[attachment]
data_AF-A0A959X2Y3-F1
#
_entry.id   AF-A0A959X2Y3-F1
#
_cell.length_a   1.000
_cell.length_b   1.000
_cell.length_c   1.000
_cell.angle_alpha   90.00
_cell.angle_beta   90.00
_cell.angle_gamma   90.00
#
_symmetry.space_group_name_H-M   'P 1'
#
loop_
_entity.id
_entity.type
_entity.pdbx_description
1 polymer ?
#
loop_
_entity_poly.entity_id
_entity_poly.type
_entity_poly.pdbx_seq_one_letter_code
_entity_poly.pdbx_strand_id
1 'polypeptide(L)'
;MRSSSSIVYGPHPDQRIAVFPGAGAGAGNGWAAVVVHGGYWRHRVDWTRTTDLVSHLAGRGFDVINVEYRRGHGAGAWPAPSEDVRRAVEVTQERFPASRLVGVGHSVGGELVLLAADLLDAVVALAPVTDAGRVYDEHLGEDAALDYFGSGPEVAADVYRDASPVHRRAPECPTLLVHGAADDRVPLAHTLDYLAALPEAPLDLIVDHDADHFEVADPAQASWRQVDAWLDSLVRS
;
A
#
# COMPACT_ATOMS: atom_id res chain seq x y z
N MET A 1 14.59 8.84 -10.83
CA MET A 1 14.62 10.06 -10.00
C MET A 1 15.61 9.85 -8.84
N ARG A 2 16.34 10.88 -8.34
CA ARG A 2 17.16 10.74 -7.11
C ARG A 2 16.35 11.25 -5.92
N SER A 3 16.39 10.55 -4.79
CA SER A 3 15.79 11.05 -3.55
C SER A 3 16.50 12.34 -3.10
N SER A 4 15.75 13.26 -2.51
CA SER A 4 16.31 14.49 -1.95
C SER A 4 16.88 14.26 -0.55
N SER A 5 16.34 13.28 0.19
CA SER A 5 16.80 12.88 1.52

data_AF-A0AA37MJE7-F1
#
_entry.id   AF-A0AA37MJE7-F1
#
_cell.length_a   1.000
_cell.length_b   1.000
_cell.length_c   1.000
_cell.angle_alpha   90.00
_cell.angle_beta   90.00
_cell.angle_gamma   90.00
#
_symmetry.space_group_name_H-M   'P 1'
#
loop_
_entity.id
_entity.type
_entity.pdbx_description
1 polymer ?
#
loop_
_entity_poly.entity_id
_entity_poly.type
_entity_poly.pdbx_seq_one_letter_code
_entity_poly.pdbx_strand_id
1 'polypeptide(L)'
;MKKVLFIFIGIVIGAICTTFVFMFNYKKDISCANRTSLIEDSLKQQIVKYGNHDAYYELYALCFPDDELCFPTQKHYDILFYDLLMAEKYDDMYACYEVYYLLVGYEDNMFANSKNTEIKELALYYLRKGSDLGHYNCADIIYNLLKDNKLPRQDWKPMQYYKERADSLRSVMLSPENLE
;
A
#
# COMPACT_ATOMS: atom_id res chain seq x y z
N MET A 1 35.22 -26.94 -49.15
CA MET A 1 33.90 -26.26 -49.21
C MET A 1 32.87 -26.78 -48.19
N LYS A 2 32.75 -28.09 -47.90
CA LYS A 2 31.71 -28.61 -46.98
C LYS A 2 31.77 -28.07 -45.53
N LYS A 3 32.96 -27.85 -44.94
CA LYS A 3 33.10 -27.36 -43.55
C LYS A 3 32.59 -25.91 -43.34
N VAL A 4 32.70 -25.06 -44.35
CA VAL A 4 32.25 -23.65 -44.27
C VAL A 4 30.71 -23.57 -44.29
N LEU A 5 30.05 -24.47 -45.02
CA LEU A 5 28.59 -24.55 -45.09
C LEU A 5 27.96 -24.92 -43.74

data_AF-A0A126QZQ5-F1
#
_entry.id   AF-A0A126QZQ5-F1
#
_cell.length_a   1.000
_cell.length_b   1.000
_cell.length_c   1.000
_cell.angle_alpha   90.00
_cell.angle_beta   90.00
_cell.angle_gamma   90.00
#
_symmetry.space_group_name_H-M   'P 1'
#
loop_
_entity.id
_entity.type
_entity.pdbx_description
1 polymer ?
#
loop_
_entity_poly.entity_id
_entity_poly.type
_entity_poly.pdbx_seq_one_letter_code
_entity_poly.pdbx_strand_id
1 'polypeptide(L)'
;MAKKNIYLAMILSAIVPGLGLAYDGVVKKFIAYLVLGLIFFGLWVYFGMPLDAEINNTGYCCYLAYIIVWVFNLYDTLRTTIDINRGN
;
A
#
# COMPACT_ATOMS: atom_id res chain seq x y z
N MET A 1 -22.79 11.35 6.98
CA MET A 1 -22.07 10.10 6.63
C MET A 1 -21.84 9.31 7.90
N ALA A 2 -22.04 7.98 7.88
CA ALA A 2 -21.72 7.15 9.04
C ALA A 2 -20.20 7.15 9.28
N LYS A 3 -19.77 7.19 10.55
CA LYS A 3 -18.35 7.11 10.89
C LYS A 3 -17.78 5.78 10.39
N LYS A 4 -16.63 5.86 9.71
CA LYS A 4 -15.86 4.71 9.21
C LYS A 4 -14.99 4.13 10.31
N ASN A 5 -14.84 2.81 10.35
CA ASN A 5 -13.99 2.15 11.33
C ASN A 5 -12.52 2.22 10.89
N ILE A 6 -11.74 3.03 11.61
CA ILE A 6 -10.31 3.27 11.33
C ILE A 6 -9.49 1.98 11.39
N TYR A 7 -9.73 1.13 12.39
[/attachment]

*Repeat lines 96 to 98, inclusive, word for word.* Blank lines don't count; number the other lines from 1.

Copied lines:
_cell.length_c   1.000
_cell.angle_alpha   90.00
_cell.angle_beta   90.00